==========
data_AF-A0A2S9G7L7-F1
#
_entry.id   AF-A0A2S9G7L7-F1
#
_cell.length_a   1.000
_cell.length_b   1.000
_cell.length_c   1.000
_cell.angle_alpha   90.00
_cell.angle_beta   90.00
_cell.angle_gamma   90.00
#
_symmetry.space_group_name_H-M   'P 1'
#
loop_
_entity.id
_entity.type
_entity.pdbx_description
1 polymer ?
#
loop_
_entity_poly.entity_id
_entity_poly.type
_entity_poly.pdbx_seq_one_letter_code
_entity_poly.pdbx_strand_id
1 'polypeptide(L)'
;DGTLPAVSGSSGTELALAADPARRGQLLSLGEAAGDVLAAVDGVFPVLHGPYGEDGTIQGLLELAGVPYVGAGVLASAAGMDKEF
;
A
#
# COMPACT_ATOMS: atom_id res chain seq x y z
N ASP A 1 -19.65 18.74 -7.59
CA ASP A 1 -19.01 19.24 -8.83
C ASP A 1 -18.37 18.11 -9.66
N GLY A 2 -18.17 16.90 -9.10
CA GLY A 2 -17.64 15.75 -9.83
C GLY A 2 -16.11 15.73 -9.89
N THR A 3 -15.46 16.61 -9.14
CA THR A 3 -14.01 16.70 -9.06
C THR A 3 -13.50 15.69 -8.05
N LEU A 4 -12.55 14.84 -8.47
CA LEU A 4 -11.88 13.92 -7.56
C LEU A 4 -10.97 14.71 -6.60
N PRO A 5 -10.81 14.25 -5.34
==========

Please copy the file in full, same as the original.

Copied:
data_AF-A0A2S9G7L7-F1
#
_entry.id   AF-A0A2S9G7L7-F1
#
_cell.length_a   1.000
_cell.length_b   1.000
_cell.length_c   1.000
_cell.angle_alpha   90.00
_cell.angle_beta   90.00
_cell.angle_gamma   90.00
#
_symmetry.space_group_name_H-M   'P 1'
#
loop_
_entity.id
_entity.type
_entity.pdbx_description
1 polymer ?
#
loop_
_entity_poly.entity_id
_entity_poly.type
_entity_poly.pdbx_seq_one_letter_code
_entity_poly.pdbx_strand_id
1 'polypeptide(L)'
;DGTLPAVSGSSGTELALAADPARRGQLLSLGEAAGDVLAAVDGVFPVLHGPYGEDGTIQGLLELAGVPYVGAGVLASAAGMDKEF
;
A
#
# COMPACT_ATOMS: atom_id res chain seq x y z
N ASP A 1 -19.65 18.74 -7.59
CA ASP A 1 -19.01 19.24 -8.83
C ASP A 1 -18.37 18.11 -9.66
N GLY A 2 -18.17 16.90 -9.10
CA GLY A 2 -17.64 15.75 -9.83
C GLY A 2 -16.11 15.73 -9.89
N THR A 3 -15.46 16.61 -9.14
CA THR A 3 -14.01 16.70 -9.06
C THR A 3 -13.50 15.69 -8.05
N LEU A 4 -12.55 14.84 -8.47
CA LEU A 4 -11.88 13.92 -7.56
C LEU A 4 -10.97 14.71 -6.60
N PRO A 5 -10.81 14.25 -5.34